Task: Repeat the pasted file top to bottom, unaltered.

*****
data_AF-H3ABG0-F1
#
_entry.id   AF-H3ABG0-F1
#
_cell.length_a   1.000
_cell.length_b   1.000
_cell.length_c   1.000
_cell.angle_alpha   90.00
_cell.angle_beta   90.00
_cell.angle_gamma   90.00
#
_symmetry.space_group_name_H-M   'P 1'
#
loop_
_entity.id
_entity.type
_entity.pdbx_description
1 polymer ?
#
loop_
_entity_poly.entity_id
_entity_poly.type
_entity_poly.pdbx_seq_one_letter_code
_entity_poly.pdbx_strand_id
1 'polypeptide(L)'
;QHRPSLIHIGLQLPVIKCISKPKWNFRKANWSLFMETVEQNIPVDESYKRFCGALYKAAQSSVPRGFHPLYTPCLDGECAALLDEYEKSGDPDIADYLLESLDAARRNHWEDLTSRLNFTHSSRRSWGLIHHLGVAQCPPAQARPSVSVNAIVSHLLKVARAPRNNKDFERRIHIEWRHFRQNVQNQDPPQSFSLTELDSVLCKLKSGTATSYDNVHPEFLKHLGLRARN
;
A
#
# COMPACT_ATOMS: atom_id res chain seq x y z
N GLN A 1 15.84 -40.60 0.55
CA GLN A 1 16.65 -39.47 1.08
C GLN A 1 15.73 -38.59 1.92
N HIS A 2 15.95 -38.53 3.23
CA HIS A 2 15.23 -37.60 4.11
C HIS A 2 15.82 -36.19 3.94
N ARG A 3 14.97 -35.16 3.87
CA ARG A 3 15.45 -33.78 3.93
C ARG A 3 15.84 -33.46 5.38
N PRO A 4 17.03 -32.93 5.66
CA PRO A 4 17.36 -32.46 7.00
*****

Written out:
data_AF-H3ABG0-F1
#
_entry.id   AF-H3ABG0-F1
#
_cell.length_a   1.000
_cell.length_b   1.000
_cell.length_c   1.000
_cell.angle_alpha   90.00
_cell.angle_beta   90.00
_cell.angle_gamma   90.00
#
_symmetry.space_group_name_H-M   'P 1'
#
loop_
_entity.id
_entity.type
_entity.pdbx_description
1 polymer ?
#
loop_
_entity_poly.entity_id
_entity_poly.type
_entity_poly.pdbx_seq_one_letter_code
_entity_poly.pdbx_strand_id
1 'polypeptide(L)'
;QHRPSLIHIGLQLPVIKCISKPKWNFRKANWSLFMETVEQNIPVDESYKRFCGALYKAAQSSVPRGFHPLYTPCLDGECAALLDEYEKSGDPDIADYLLESLDAARRNHWEDLTSRLNFTHSSRRSWGLIHHLGVAQCPPAQARPSVSVNAIVSHLLKVARAPRNNKDFERRIHIEWRHFRQNVQNQDPPQSFSLTELDSVLCKLKSGTATSYDNVHPEFLKHLGLRARN
;
A
#
# COMPACT_ATOMS: atom_id res chain seq x y z
N GLN A 1 15.84 -40.60 0.55
CA GLN A 1 16.65 -39.47 1.08
C GLN A 1 15.73 -38.59 1.92
N HIS A 2 15.95 -38.53 3.23
CA HIS A 2 15.23 -37.60 4.11
C HIS A 2 15.82 -36.19 3.94
N ARG A 3 14.97 -35.16 3.87
CA ARG A 3 15.45 -33.78 3.93
C ARG A 3 15.84 -33.46 5.38
N PRO A 4 17.03 -32.93 5.66
CA PRO A 4 17.36 -32.46 7.00